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How Stock Lending Can Work with SRI Principles

Loaning securities must evolve to reflect the needs of investors, says the Risk Management Association

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  • Written by  Banking Exchange staff
How Stock Lending Can Work with SRI Principles

Securities lending can “coexist” with socially responsible investment (SRI) strategies, according to a new survey from the Risk Management Association (RMA).

Asset managers and other investors often engage in the lending of stocks or bonds to help others enact short selling, hedging or arbitrage strategies.

The process involves the owner of the stock temporarily exchanging it for an agreed amount of collateral. The lender usually earns a small fee while retaining long-term ownership of the security. According to DataLend, securities lending generated $8.7 billion of revenues in 2019.

However, proponents of responsible investment have opposed the practice of securities lending as the owner of the stock surrenders voting rights while it is on loan, undermining their ability to engage with companies.

The RMA’s survey of 44 asset managers and other investors found that the vast majority (95%) believed that securities lending activities could “coexist with environmental, social, and governance (ESG) principles”.

But only 18% of respondents said they always applied ESG principles to their lending programs, with 25% doing so on a “case by case” basis. More than a third (39%) said they do not apply any ESG or SRI principles.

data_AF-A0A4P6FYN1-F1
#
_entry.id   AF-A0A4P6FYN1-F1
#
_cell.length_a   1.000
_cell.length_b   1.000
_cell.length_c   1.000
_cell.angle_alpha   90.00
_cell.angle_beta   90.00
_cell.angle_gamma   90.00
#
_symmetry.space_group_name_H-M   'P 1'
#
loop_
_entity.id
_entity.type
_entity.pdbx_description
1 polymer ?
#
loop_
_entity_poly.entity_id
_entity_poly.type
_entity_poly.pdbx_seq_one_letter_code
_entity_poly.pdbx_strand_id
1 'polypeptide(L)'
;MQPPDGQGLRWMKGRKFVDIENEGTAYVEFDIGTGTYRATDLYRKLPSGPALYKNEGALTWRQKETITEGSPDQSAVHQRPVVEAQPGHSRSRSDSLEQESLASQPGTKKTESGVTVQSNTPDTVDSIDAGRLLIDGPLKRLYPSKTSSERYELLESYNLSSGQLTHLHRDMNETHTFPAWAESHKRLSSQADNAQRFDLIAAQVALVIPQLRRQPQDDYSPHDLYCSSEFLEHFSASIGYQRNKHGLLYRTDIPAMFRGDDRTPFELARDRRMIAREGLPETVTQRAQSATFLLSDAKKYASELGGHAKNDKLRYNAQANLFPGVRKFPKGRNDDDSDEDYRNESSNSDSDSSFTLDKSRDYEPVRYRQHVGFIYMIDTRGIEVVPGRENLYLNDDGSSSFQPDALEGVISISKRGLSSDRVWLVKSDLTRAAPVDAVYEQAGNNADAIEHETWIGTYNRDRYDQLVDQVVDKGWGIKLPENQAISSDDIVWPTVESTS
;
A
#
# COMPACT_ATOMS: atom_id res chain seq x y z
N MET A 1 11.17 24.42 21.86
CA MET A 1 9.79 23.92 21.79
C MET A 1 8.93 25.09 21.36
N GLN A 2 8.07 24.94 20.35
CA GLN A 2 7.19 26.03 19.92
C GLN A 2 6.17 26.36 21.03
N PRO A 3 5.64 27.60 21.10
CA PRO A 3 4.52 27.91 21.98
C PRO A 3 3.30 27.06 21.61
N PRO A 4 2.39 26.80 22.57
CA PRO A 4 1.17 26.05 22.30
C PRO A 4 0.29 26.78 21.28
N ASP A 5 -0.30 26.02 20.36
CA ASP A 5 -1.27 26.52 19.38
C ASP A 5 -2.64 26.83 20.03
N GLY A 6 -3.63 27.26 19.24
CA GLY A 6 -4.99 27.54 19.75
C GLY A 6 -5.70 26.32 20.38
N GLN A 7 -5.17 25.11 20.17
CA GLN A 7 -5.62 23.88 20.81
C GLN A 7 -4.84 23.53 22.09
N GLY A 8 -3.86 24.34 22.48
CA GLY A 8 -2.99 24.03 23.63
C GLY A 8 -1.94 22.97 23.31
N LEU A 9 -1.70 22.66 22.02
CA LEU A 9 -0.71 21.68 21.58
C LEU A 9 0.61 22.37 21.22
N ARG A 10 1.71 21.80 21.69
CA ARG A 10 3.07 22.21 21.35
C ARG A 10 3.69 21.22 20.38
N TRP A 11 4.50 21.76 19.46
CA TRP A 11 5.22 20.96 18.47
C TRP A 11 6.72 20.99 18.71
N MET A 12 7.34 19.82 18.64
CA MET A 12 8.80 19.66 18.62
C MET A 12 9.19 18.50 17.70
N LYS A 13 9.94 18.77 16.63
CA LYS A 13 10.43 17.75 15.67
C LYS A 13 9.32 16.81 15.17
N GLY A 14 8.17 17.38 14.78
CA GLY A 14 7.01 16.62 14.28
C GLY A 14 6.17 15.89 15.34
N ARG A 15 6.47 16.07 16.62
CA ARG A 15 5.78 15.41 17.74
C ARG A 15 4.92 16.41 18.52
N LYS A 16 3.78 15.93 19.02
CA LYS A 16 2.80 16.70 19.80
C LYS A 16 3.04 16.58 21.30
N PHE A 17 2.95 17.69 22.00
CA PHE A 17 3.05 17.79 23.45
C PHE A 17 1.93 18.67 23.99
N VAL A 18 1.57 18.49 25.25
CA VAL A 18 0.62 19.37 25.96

The RMA said survey respondents cited a “lack of timely information about proxy record dates and voting questions” as complicating the process of recalling stock to exercise their voting rights.

The association’s report highlighted that lenders always had the right to recall stock in order to vote on material issues. In addition, asset managers could always restrict lending on certain positions or keep lists of securities that they do not want to lend for SRI reasons.

“Our research shows that securities lending and ESG investing can be complementary, not conflicting,” said Fran Garritt, the RMA’s director of securities lending and global markets risk.

“This paper shows how this important balance can be achieved – and is being achieved. It also identifies the challenges for the securities lending industry in further integrating ESG factors into securities lending programs.

“The RMA believes that greater transparency and more standardized processes will benefit everyone who uses the securities lending market. We will continue to work with all market participants to ensure the market’s continuing compatibility with ESG investing, which continues to gain momentum.”

The full report is available here.

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